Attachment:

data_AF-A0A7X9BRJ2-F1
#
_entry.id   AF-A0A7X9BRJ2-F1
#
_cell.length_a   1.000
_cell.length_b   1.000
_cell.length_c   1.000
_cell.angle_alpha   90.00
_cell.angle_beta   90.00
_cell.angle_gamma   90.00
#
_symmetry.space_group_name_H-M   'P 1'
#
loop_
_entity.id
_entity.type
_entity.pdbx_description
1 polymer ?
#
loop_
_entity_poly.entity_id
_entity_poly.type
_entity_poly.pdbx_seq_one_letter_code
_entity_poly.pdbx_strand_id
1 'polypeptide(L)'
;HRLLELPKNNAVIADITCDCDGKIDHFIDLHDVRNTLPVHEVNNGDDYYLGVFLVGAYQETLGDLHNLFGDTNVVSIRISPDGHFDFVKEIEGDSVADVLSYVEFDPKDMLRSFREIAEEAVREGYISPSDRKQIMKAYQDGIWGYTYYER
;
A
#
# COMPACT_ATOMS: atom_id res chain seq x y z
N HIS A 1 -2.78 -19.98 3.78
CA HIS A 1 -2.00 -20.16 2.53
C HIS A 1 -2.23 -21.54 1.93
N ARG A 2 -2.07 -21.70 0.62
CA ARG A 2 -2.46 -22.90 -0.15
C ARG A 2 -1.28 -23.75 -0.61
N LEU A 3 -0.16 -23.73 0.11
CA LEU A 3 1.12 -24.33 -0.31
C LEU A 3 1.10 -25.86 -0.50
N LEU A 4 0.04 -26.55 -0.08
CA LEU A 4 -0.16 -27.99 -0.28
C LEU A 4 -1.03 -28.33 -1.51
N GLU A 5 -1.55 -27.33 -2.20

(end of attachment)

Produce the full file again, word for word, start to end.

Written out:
data_AF-A0A7X9BRJ2-F1
#
_entry.id   AF-A0A7X9BRJ2-F1
#
_cell.length_a   1.000
_cell.length_b   1.000
_cell.length_c   1.000
_cell.angle_alpha   90.00
_cell.angle_beta   90.00
_cell.angle_gamma   90.00
#
_symmetry.space_group_name_H-M   'P 1'
#
loop_
_entity.id
_entity.type
_entity.pdbx_description
1 polymer ?
#
loop_
_entity_poly.entity_id
_entity_poly.type
_entity_poly.pdbx_seq_one_letter_code
_entity_poly.pdbx_strand_id
1 'polypeptide(L)'
;HRLLELPKNNAVIADITCDCDGKIDHFIDLHDVRNTLPVHEVNNGDDYYLGVFLVGAYQETLGDLHNLFGDTNVVSIRISPDGHFDFVKEIEGDSVADVLSYVEFDPKDMLRSFREIAEEAVREGYISPSDRKQIMKAYQDGIWGYTYYER
;
A
#
# COMPACT_ATOMS: atom_id res chain seq x y z
N HIS A 1 -2.78 -19.98 3.78
CA HIS A 1 -2.00 -20.16 2.53
C HIS A 1 -2.23 -21.54 1.93
N ARG A 2 -2.07 -21.70 0.62
CA ARG A 2 -2.46 -22.90 -0.15
C ARG A 2 -1.28 -23.75 -0.61
N LEU A 3 -0.16 -23.73 0.11
CA LEU A 3 1.12 -24.33 -0.31
C LEU A 3 1.10 -25.86 -0.50
N LEU A 4 0.04 -26.55 -0.08
CA LEU A 4 -0.16 -27.99 -0.28
C LEU A 4 -1.03 -28.33 -1.51
N GLU A 5 -1.55 -27.33 -2.20